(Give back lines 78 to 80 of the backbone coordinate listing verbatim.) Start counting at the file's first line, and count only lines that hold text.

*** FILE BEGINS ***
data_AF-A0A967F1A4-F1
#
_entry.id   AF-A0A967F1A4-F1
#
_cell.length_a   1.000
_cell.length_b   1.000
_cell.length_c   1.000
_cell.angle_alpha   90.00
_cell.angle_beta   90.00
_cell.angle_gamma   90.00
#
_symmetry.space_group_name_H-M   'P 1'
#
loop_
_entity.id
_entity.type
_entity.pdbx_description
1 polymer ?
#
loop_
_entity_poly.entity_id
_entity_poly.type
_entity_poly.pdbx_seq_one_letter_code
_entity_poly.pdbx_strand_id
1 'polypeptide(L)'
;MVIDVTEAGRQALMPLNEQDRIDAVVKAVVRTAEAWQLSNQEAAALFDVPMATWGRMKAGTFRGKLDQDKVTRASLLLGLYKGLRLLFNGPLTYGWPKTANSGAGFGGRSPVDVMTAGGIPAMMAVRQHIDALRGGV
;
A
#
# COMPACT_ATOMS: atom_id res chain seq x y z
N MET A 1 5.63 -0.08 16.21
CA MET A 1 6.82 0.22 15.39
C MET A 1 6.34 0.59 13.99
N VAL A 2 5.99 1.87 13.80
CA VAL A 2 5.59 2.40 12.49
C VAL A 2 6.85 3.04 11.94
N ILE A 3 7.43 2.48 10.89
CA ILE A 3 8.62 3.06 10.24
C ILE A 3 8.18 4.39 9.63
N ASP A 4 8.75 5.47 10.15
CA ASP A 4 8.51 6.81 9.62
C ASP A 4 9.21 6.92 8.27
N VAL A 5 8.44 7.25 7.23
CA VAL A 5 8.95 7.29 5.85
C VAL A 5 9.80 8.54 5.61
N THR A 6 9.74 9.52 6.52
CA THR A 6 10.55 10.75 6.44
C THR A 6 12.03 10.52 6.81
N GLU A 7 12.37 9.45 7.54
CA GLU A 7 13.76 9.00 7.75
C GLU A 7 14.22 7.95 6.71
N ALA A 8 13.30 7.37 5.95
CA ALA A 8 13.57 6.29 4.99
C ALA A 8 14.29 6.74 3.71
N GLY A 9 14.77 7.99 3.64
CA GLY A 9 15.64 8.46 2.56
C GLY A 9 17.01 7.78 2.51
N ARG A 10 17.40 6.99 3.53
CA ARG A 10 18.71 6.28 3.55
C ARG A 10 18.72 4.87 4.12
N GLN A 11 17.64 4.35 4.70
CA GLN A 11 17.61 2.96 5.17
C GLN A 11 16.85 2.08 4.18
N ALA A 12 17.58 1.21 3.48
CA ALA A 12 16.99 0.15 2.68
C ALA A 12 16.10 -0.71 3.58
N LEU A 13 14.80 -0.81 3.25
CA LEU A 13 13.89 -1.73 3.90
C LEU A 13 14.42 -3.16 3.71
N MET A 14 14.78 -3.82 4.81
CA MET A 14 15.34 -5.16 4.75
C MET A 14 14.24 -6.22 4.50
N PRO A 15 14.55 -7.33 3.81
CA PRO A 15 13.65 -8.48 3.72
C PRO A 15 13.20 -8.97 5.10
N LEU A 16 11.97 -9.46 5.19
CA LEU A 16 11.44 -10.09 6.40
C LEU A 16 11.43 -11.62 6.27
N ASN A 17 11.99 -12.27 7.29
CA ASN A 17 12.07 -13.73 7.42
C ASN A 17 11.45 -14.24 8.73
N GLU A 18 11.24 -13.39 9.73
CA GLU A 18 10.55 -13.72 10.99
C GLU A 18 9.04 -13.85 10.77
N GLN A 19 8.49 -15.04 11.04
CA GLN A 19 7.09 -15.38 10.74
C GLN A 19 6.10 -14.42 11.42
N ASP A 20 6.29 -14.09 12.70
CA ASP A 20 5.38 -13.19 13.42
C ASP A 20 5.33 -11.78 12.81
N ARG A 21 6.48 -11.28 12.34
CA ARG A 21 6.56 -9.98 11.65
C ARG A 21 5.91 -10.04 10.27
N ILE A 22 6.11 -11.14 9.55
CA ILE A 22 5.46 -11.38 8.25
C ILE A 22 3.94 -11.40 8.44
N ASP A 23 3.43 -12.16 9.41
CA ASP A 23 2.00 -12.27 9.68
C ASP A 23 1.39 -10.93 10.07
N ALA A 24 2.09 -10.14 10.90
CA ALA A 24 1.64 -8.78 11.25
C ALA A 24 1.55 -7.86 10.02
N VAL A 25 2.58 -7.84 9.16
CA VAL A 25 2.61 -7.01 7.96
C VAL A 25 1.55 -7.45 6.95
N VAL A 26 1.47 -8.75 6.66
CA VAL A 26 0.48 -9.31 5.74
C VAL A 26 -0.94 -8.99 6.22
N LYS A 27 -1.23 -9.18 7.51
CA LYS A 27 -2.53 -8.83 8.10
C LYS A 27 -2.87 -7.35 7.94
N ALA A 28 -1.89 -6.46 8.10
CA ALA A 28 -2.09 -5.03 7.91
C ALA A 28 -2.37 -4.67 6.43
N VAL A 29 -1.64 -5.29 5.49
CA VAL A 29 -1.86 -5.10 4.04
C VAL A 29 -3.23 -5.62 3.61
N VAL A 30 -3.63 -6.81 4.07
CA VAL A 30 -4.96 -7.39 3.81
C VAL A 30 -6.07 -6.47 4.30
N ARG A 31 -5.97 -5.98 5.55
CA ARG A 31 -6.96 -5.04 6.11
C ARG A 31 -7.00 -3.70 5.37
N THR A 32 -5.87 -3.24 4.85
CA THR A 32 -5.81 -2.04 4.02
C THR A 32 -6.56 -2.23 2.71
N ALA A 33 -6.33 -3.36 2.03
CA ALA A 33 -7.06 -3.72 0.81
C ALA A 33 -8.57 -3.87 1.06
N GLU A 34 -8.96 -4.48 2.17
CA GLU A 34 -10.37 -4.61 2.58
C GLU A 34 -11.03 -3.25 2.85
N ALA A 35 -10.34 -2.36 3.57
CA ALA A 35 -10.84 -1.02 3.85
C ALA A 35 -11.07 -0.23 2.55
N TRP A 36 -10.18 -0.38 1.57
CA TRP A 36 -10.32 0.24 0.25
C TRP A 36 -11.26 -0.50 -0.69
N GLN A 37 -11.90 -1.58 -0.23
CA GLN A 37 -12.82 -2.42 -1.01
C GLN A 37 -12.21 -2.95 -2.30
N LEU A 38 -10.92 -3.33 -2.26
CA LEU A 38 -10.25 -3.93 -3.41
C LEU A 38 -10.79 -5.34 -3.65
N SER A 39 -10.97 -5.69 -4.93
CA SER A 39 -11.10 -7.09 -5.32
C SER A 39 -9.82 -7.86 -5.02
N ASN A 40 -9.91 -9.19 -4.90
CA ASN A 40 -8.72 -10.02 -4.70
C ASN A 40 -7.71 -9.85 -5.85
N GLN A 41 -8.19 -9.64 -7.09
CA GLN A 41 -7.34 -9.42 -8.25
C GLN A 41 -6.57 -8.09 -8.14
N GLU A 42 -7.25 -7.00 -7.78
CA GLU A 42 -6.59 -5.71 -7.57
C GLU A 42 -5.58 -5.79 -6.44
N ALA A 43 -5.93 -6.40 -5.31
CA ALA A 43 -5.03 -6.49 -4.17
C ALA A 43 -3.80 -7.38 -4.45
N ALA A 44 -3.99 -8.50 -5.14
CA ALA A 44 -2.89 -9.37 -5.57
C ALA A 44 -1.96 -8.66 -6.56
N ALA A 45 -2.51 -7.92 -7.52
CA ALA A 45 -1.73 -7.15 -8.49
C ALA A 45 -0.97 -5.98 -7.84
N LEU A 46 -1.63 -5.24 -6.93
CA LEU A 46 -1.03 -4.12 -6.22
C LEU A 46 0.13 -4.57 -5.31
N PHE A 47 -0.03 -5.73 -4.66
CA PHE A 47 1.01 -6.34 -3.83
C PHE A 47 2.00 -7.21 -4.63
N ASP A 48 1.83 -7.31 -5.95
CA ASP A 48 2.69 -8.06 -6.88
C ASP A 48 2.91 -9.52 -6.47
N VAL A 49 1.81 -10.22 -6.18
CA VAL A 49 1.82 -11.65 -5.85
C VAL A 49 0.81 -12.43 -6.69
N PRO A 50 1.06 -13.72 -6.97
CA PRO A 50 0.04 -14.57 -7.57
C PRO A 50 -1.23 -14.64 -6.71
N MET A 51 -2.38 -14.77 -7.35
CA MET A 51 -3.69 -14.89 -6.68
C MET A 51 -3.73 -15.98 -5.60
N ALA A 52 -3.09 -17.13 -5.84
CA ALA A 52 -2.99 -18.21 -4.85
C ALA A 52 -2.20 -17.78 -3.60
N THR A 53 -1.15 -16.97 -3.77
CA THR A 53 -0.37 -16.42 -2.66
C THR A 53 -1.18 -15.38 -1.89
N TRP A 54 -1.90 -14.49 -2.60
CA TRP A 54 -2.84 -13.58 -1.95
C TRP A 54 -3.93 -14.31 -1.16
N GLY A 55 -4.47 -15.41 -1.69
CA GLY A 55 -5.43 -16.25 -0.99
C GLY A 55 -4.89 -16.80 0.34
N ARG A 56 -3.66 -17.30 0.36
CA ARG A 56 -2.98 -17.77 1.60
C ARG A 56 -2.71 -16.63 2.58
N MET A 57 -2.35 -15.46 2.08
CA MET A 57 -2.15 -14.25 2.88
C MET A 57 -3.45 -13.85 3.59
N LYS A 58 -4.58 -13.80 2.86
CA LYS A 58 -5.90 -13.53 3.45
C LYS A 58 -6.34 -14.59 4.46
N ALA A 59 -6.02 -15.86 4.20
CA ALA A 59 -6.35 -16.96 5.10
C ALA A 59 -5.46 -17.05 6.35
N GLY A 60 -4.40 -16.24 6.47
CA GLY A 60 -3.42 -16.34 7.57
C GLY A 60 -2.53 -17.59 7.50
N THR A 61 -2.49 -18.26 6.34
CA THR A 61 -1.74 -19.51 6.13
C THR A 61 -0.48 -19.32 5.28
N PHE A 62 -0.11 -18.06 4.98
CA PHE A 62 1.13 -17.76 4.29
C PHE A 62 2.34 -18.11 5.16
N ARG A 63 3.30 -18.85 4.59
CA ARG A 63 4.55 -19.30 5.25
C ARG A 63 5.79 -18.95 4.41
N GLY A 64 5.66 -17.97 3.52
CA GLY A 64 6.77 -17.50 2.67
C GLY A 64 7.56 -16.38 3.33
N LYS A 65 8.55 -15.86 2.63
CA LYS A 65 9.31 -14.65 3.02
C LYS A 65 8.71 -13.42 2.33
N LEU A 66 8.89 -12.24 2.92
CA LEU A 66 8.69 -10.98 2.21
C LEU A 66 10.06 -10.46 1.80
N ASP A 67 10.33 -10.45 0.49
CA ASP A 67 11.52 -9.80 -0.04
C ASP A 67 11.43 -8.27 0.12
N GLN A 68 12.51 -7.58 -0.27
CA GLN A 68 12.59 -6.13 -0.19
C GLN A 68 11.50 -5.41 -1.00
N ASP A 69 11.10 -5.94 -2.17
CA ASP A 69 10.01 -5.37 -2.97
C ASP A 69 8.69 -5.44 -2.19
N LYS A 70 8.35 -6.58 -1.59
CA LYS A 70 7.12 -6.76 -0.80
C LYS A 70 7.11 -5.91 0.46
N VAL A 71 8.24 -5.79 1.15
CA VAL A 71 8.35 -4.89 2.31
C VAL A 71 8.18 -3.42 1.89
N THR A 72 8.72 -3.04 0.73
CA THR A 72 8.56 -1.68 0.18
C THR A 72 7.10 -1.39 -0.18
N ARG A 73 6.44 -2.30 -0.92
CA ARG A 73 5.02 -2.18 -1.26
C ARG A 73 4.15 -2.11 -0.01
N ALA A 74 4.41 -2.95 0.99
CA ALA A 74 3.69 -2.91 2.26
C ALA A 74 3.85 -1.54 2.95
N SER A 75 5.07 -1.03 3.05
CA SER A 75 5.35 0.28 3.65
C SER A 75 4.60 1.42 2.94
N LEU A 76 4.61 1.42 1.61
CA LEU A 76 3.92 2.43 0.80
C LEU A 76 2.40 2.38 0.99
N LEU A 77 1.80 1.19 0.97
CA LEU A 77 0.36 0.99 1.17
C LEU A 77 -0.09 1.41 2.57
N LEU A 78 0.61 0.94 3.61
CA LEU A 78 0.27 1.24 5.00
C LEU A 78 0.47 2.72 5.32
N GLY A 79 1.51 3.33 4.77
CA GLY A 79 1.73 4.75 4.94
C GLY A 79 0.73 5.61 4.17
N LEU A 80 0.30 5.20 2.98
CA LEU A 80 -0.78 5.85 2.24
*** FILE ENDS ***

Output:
C LEU A 16 11.43 -11.62 6.27
N ASN A 17 11.99 -12.27 7.29
CA ASN A 17 12.07 -13.73 7.42